10. I’m not surprised to see the “humble narrator” miss the point of the slow streets. They work everywhere else in the city and the world; pedestrianizing streets are a good thing. This should be an expose of how horrible drivers in the mission are, and why we don’t have street cameras or more traffic cops to combat reckless driving. Never fear though, I’m sure Joe and ML can tell us how slow streets are “colonization” and gentrification and the fault of the tech industry.

    1. Sir or madam —

      This is a breaking news story that I did not write. This story recounts what happened; it is not meant to editorialize on the worth of slow streets. Mission Local has never editorialized on the worth of slow streets. I have never done so. Your snide comment about how we’d describe them as “‘colonization’ and gentrification and the fault of the tech industry” isn’t something we’d write because it’s crassly stupid. As is your comment writ large.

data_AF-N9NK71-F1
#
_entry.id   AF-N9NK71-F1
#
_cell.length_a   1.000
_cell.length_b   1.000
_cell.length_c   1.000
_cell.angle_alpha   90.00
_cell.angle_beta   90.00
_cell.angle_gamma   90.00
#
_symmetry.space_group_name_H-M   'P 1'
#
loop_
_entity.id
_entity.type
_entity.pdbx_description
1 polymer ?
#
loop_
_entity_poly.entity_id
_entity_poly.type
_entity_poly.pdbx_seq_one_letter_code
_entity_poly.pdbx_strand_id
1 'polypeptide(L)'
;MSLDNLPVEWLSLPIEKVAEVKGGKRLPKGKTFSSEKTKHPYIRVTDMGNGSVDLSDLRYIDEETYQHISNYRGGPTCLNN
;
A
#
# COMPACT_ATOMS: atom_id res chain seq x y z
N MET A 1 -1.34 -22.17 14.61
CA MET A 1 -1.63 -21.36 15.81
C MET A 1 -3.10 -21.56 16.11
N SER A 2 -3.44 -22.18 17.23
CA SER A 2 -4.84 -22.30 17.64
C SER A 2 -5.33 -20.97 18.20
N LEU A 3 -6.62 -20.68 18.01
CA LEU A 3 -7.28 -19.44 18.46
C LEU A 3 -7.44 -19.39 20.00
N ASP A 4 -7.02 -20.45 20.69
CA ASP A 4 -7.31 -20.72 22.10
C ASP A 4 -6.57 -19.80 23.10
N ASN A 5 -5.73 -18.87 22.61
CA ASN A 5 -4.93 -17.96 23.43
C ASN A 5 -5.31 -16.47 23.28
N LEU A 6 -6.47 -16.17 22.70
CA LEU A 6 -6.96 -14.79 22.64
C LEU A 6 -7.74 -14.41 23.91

Enjoy the weekend.


        1. Sir or madam — 

          I haven’t forgotten a thing. Rather, you seem to be incapable of discerning boosterism and straightforward reporting. You may not like the response and rationale of the community organizations, but that’s what they said and that’s what they did. Like the story about the crash, this is a straightforward news article.

          You’ll forgive me, but this inability to parse boosterism from reporting from a reported column is a symptom of pervasive media illiteracy and it has long since grown tiresome.